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I am programming a Delphi (XE3) application where mouse position is important, but I would like to be able with another mouse to be able to set breakpoints without moving the primary mouse position. I may be pressing shift or control in the application I am trying to debug, so alt-tabbing to the IDE and setting a breakpoint with the keyboard keyboard won't work. Can Windows 7 easily be set up to do this?

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If you need to break debugger on a breakpoint in certain condition (e.g. break when you're on a certain mouse position in your application), use conditional breakpoints. What you're describing would need to have 2 mouse cursors in Windows, what I've never seen (even after few beers :-). – TLama Jan 23 '13 at 16:36
You could use Remote Debugger (if it's available and works) so you can install your program on one computer and the IDE on the other. What you require is otherwise very unusual and can probably worked around; provide more details so we can suggest workarounds. – Cosmin Prund Jan 23 '13 at 16:46
Although it is possible to have more than one mouse connected to Windows, there is only one mouse cursor. – Uwe Raabe Jan 23 '13 at 17:03
The easiest way is to use something like Codesite to send informational messages to yourself. You can show things like the current mouse position in a single line, or log actions. It is what I do with my word processing. – mj2008 Jan 23 '13 at 17:03

It's possible to attach multiple keyboards and mice to a computer, and various video games can take advantage of the multiple input devices, but the OS in general does not take advantage of that. No matter how many keyboards and mice you attach, there's still just one input queue and one cursor on the screen.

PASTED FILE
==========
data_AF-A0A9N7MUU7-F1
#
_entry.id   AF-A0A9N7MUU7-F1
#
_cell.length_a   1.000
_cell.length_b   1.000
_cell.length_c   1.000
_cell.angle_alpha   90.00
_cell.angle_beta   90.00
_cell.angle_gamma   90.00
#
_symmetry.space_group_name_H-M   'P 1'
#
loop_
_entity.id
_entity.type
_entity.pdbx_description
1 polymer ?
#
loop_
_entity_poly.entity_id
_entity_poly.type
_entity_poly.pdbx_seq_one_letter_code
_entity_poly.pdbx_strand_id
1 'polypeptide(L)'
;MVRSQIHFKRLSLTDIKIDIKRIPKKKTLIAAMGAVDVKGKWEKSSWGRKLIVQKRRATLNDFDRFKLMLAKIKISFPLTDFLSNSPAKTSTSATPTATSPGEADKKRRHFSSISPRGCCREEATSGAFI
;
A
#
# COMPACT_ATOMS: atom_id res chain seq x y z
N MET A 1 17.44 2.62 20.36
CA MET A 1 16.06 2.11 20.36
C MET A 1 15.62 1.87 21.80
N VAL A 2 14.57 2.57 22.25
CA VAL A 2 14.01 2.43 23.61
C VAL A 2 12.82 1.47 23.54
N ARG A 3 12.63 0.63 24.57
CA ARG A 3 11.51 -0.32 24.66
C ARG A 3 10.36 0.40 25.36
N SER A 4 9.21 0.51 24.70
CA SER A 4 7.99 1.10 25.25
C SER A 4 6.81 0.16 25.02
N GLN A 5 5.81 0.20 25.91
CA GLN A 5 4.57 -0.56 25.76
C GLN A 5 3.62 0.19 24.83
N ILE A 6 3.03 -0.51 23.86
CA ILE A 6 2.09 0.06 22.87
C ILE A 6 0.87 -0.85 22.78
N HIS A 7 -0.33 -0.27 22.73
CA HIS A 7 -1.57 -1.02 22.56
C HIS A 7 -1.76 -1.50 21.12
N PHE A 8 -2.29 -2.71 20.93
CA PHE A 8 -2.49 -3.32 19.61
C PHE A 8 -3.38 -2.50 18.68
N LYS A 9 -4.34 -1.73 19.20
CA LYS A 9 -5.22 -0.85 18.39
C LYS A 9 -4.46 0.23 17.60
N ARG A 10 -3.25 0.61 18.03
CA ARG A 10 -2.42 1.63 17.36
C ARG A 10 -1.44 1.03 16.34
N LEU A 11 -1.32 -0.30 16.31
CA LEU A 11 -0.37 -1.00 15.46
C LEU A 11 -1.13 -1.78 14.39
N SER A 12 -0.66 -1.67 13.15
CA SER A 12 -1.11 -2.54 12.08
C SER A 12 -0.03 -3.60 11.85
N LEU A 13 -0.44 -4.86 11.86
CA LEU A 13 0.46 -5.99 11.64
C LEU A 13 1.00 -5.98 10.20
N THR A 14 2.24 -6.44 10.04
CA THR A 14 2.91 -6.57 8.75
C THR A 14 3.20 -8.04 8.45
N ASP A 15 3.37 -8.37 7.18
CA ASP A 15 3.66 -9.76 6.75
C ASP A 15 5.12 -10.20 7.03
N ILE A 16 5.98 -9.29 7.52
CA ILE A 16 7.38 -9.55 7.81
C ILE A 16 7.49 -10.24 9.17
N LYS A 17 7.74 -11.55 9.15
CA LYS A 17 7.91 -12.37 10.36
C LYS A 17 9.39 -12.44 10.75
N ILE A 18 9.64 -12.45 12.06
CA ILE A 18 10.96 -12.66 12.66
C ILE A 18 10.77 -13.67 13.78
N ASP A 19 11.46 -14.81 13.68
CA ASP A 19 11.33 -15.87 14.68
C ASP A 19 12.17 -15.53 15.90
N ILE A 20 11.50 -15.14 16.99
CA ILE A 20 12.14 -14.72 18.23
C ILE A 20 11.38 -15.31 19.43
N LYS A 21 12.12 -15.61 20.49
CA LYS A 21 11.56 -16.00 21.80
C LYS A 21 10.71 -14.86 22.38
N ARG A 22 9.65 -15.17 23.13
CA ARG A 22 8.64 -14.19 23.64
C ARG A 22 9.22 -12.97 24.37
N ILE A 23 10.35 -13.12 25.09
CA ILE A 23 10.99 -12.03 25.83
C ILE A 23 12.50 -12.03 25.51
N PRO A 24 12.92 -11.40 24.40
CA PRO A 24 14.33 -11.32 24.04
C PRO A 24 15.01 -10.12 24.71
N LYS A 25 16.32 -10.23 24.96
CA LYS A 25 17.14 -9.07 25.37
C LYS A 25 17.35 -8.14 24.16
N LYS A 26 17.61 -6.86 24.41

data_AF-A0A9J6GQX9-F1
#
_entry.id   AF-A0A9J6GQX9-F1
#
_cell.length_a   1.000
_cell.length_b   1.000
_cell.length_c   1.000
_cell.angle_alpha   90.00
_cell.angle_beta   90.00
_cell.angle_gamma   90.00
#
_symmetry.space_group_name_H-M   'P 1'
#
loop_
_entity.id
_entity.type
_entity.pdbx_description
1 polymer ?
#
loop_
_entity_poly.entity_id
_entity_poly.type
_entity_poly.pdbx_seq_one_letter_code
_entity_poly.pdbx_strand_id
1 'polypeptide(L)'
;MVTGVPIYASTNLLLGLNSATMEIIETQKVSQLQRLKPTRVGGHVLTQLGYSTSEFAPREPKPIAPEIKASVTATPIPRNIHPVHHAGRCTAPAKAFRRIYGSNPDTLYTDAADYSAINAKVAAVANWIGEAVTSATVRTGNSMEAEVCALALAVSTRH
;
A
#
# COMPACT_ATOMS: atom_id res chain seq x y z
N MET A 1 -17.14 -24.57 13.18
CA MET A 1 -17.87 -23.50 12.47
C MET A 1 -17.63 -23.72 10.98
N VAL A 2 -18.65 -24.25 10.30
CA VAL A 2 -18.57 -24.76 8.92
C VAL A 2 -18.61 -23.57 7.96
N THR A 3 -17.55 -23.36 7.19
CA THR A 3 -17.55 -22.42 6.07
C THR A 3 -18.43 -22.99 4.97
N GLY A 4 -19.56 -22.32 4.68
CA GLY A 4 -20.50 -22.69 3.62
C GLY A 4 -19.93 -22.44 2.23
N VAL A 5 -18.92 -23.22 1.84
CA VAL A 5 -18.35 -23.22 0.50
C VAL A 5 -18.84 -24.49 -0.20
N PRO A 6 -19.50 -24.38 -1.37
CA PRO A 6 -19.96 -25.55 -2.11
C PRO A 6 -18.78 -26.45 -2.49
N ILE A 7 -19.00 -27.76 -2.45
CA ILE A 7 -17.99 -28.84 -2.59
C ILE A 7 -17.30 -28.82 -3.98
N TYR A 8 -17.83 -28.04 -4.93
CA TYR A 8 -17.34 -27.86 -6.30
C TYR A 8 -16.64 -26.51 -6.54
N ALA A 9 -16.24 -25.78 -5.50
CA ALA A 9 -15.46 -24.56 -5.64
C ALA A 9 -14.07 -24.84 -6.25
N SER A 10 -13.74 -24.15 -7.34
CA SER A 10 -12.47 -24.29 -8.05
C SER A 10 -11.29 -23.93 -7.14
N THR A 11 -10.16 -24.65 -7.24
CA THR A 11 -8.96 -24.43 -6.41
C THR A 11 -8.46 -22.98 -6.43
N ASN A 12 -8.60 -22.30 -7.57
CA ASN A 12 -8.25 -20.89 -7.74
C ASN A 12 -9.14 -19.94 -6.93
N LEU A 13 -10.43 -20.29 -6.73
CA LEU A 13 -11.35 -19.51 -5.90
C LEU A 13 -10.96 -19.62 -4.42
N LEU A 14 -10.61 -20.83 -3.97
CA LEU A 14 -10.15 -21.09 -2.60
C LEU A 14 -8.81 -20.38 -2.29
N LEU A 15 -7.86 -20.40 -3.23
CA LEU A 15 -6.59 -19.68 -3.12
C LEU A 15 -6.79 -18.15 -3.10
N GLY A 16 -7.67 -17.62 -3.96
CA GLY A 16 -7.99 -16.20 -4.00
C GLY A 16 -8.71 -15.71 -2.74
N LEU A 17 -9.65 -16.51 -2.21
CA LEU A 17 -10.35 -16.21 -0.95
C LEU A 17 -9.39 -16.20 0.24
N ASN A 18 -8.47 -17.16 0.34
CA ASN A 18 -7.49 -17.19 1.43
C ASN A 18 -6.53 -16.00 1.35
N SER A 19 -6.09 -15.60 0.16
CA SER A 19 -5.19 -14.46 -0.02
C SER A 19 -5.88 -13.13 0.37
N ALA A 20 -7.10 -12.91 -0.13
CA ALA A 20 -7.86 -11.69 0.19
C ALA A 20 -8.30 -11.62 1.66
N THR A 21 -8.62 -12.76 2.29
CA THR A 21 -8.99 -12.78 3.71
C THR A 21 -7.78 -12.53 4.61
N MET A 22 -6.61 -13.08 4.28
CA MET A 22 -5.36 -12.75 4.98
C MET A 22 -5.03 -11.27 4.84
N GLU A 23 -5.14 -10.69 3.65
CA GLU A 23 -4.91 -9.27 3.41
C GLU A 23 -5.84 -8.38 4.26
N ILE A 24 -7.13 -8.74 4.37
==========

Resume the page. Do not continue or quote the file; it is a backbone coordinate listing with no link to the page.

If all you need is to set breakpoints without moving the mouse, then you can navigate the input caret to the desired line with the keyboard and then press F5 to toggle breakpoints.

If you need to be able to debug without interfering with the program at all, then you might need to use remote debugging. Although the documentation suggests using Remote Desktop to operate the remote program while you're sitting at the local system, that's not what you want to do in this situation because you'll still have just one set of input devices. Instead, log on to the remote computer from elsewhere (either directly, or via Remote Desktop on a third computer). It'll help to have two computers you can access from the same chair.

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Also you can use virtual machine + remote debugging. – Torbins Jan 23 '13 at 18:35
If the issue is getting the mouse back to the position it was in before a breakpoint, perhaps you could write yourself two functions to save and restore the mouse cursor position. Put them in a standalone program and have them called by some system-wide hotkeys. – RobertFrank Jan 23 '13 at 19:54
At present, it sounds like what I have been doing may be the simplest, but often requires recompiling and re-duplicating an issue--that is to insert code that breaks on a keystroke so my mouse position or mousedown isn't compromised. – Robert Richter Jan 24 '13 at 1:55
You don't need to write your own code to stop on a special key. The OS already has that built in. Just press F12 and the debugger will interrupt your program. If you're using Windows 7 or later, you might need to install an IDE expert. – Rob Kennedy Jan 24 '13 at 2:12

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